Paper presented at the 1972 Convention of the National Association for Research on Science Teaching, April 4, 1972, Chicago, Illinois. Sponsored by the Educational Resources Information Center of the United States Office of Education and The Ohio State University. This publication was prepared pursuant to a contract with the Office of Education, United States Department of Health, Education, and Welfare. Contractors undertaking such projects under Government sponsorship are encouraged to express freely their judgment in professional and technical matters. Points of view or opinions do not, therefore, necessarily represent official Office of Education position or policy.
The Emperor's clothes phenomenon in science education†
Version of Record online: 18 AUG 2006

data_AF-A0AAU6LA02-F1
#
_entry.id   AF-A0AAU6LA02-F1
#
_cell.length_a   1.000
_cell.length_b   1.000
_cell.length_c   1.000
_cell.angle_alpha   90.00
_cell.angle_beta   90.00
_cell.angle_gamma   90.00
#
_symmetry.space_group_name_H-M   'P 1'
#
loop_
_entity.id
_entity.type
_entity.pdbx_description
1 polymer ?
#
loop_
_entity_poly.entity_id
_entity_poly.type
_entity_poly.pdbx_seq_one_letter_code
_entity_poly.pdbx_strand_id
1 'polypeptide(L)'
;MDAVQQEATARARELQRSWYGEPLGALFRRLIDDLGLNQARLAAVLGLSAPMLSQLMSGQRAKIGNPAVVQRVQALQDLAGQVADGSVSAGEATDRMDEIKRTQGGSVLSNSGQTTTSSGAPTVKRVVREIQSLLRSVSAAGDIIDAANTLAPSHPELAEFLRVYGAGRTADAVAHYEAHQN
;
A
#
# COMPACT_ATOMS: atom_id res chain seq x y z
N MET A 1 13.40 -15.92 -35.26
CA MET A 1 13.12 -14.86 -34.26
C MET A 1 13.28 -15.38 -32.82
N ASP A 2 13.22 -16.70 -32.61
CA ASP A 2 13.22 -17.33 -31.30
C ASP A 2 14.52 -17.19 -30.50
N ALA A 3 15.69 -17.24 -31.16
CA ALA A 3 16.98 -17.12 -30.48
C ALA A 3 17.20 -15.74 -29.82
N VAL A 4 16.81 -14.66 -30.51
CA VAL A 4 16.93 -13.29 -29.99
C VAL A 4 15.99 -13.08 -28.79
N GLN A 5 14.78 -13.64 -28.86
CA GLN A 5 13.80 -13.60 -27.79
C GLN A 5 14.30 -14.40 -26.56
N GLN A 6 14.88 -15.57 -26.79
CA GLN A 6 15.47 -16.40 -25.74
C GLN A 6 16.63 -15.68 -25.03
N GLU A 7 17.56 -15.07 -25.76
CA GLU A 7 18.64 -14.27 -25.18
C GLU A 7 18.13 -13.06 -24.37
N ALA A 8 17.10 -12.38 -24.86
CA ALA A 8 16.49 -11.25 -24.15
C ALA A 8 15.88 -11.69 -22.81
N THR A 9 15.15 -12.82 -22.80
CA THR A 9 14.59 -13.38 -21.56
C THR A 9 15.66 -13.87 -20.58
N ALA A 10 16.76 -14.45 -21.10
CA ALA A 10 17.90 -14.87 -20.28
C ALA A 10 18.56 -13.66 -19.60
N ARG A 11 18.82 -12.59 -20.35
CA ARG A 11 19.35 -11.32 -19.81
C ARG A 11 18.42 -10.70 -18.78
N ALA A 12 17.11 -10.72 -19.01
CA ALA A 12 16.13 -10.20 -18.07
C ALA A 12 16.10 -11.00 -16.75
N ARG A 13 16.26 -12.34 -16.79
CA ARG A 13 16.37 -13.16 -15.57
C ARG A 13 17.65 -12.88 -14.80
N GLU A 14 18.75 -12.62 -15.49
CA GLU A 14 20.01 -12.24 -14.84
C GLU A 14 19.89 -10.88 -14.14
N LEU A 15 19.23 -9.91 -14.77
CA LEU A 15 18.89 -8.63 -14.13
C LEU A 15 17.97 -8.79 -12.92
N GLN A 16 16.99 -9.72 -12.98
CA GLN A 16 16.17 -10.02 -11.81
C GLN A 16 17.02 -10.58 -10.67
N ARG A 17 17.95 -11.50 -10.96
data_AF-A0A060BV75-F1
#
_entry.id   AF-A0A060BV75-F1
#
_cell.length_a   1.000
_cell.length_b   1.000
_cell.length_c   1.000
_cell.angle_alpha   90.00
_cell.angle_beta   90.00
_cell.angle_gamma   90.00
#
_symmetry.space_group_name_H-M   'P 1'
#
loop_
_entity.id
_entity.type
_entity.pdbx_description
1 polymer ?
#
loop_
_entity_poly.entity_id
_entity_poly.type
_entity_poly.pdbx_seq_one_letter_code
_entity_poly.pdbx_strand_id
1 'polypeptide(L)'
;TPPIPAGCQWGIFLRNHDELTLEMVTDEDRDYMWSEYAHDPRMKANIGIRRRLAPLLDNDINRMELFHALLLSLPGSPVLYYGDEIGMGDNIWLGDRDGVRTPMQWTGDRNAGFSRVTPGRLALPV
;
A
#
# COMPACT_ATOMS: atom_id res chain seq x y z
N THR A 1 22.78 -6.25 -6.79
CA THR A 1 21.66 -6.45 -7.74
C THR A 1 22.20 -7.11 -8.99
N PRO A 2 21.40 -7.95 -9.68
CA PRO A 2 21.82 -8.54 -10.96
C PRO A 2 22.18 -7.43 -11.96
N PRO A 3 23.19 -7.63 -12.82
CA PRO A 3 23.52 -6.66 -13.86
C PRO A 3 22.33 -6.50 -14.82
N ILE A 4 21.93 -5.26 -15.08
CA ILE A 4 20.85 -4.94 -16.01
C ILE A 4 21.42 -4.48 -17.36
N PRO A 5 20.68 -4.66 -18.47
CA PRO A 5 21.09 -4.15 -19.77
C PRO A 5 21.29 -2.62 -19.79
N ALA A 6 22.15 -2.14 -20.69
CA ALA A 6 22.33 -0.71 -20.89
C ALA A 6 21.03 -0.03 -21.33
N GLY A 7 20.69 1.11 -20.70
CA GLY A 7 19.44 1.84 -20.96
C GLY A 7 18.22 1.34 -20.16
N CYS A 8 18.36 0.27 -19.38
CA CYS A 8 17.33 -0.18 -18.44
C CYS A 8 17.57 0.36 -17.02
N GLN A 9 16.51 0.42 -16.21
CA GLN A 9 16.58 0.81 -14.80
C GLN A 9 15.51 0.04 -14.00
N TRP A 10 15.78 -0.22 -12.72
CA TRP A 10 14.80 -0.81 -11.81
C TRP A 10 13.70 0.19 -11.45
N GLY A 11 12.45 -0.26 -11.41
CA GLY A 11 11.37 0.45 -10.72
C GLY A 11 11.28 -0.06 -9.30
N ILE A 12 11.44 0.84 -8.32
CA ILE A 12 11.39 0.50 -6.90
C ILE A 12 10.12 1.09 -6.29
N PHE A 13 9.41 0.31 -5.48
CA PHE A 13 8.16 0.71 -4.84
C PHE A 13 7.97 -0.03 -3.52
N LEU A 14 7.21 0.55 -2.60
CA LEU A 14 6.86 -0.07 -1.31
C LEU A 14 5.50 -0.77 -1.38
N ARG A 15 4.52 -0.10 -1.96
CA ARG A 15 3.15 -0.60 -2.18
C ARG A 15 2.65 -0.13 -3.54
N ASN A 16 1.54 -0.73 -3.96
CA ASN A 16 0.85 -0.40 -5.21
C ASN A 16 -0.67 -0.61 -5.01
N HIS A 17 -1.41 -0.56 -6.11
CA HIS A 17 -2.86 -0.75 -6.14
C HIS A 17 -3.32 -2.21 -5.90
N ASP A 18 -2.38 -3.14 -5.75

Copyright © 1973 Wiley Periodicals, Inc., A Wiley Company
Journal of Research in Science Teaching
Volume 10, Issue 3, pages 201–211, September 1973
How to Cite
Raths, J. (1973), The Emperor's clothes phenomenon in science education. J. Res. Sci. Teach., 10: 201–211. doi: 10.1002/tea.3660100303
- Issue online: 18 AUG 2006
- Version of Record online: 18 AUG 2006
It is with great trepidation that I have come this morning to address scientists about science—especially with the rather condescending title I elected to use in a weak moment. My being here can only be justified on the basis that, analogously speaking, fish are the last to discover water. (How we have the audacity to suggest that fish haven't discovered water is really the crux of my talk).